- Associated Press - Thursday, January 30, 2014

SILVER SPRING, Md. (AP) - Two Democratic candidates who are running for governor debated Thursday night about how Maryland should best address ongoing problems with the state’s health care exchange.

Attorney General Doug Gansler said the state should allow residents to choose whether they want to use the state’s exchange or the one run by the federal government.

But Del. Heather Mizeur said Gansler’s proposal is not a viable option. She said the only way Maryland and the federal government can work together on a website is if the state administers the Medicaid portion of health care reform and turns over the private insurance portion to the federal government.

“The states aren’t allowed to operate a commercial exchange website like we are and to have a federal one going right alongside with it,” Mizeur told a full ballroom at the Leisure World retirement community, home to about 8,500 in Maryland’s Montgomery County in the suburbs of the nation’s capital.

Gansler, however, disagreed when asked by reporters after the forum.

“The beauty of this is it doesn’t take away the choice of anybody’s,” Gansler said.

Lt. Gov. Anthony Brown, who also is a candidate, did not attend the forum, because his father died earlier in the day. Brown has been criticized during the campaign for the exchange’s troubled rollout in Maryland. That’s because he took on a leading role in implementing health care reform in the state.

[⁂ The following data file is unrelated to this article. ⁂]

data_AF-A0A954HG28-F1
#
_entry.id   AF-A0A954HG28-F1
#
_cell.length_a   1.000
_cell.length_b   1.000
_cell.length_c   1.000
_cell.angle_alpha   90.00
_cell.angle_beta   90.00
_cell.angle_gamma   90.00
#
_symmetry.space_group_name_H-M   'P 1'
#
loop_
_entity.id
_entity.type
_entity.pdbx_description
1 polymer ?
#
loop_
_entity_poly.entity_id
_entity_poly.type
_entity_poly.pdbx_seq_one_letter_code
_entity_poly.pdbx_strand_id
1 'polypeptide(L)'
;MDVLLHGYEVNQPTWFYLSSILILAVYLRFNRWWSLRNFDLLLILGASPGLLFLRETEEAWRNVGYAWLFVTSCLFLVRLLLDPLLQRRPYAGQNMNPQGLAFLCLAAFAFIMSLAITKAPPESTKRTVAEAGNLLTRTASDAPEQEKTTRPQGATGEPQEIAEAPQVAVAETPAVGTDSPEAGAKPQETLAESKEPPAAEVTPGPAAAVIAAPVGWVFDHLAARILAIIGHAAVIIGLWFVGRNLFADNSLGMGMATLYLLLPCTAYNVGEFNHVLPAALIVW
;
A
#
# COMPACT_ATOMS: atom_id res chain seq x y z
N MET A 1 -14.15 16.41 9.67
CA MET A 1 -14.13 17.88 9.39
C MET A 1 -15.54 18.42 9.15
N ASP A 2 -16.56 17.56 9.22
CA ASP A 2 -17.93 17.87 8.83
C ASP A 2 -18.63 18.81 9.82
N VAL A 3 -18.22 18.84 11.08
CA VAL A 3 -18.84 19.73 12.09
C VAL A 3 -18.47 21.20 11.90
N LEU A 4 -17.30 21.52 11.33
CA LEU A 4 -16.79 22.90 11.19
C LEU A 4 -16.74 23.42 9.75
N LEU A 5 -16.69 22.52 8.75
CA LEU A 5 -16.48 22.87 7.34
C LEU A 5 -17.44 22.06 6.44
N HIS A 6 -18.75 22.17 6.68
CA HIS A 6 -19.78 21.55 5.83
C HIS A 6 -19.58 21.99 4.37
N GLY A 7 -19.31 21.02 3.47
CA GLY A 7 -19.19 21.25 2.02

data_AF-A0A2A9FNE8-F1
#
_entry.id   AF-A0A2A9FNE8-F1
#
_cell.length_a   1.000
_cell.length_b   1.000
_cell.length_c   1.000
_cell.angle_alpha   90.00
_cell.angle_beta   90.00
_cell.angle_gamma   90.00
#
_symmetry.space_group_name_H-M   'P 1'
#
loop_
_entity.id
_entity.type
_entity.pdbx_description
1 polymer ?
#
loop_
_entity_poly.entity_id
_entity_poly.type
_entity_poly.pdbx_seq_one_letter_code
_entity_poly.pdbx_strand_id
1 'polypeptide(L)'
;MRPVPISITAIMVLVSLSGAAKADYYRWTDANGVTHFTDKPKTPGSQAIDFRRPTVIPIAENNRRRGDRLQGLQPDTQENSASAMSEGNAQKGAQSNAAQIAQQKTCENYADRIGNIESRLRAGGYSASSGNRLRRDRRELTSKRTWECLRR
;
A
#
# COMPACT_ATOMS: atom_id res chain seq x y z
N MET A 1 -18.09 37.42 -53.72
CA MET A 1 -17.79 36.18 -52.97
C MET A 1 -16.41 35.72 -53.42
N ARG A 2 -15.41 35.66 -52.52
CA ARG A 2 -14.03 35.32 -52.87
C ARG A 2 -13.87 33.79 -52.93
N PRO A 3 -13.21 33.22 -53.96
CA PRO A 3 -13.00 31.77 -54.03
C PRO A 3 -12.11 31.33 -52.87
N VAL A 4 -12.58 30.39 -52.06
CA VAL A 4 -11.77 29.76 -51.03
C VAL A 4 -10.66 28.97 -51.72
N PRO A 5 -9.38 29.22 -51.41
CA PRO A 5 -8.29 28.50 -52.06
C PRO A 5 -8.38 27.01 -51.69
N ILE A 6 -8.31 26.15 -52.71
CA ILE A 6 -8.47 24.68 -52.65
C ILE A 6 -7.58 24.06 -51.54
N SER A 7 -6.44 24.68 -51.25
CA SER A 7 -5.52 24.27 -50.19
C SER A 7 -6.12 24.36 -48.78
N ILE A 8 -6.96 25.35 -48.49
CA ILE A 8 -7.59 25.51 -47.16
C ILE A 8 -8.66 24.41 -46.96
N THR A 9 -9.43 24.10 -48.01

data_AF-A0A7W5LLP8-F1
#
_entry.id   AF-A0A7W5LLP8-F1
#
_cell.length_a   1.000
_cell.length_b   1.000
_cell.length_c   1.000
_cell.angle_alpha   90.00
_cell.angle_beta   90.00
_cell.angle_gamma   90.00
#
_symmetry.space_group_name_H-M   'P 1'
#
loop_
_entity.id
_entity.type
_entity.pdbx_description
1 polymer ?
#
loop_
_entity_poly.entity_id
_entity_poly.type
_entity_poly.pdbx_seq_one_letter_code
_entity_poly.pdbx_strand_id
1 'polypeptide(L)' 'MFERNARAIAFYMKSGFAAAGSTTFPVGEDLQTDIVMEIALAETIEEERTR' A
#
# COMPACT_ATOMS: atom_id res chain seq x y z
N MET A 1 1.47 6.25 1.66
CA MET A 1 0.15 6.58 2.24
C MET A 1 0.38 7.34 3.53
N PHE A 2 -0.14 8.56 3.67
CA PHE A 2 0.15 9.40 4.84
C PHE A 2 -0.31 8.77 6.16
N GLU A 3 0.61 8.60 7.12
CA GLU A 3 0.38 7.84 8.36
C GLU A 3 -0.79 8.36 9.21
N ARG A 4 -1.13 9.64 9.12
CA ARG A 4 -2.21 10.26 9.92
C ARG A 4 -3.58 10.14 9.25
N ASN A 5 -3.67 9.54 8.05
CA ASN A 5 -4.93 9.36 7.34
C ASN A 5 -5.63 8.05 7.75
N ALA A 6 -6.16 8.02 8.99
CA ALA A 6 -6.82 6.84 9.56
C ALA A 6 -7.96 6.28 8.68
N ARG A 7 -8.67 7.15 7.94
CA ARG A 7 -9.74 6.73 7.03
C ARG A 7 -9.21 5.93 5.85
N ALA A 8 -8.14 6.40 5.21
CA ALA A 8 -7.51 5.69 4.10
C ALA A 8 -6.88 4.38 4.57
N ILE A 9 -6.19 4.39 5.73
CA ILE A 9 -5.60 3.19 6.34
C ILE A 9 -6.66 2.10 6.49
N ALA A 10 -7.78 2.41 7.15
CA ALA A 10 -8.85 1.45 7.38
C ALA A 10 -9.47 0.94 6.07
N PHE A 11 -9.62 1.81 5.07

Justin Schall, a campaign spokesman for Brown, said the campaign would not be commenting Thursday night.

“Tonight is not a night for politics for us,” Schall said.

Brown testified to lawmakers earlier this month that he was not made aware of the potential scope of technical problems the exchange website would have.

His opponents have used the flawed rollout to question Brown’s leadership skills.

Maryland is one of 14 states to opt to create its own exchange website instead of using the federal government’s.

The state’s exchange had problems almost as soon as it opened Oct. 1. While state officials say it has been improved, people still have problems enrolling in private health care plans through the website. The state is far short of meeting its goal of enrolling 150,000 people by the end of the enrollment period on March 31.

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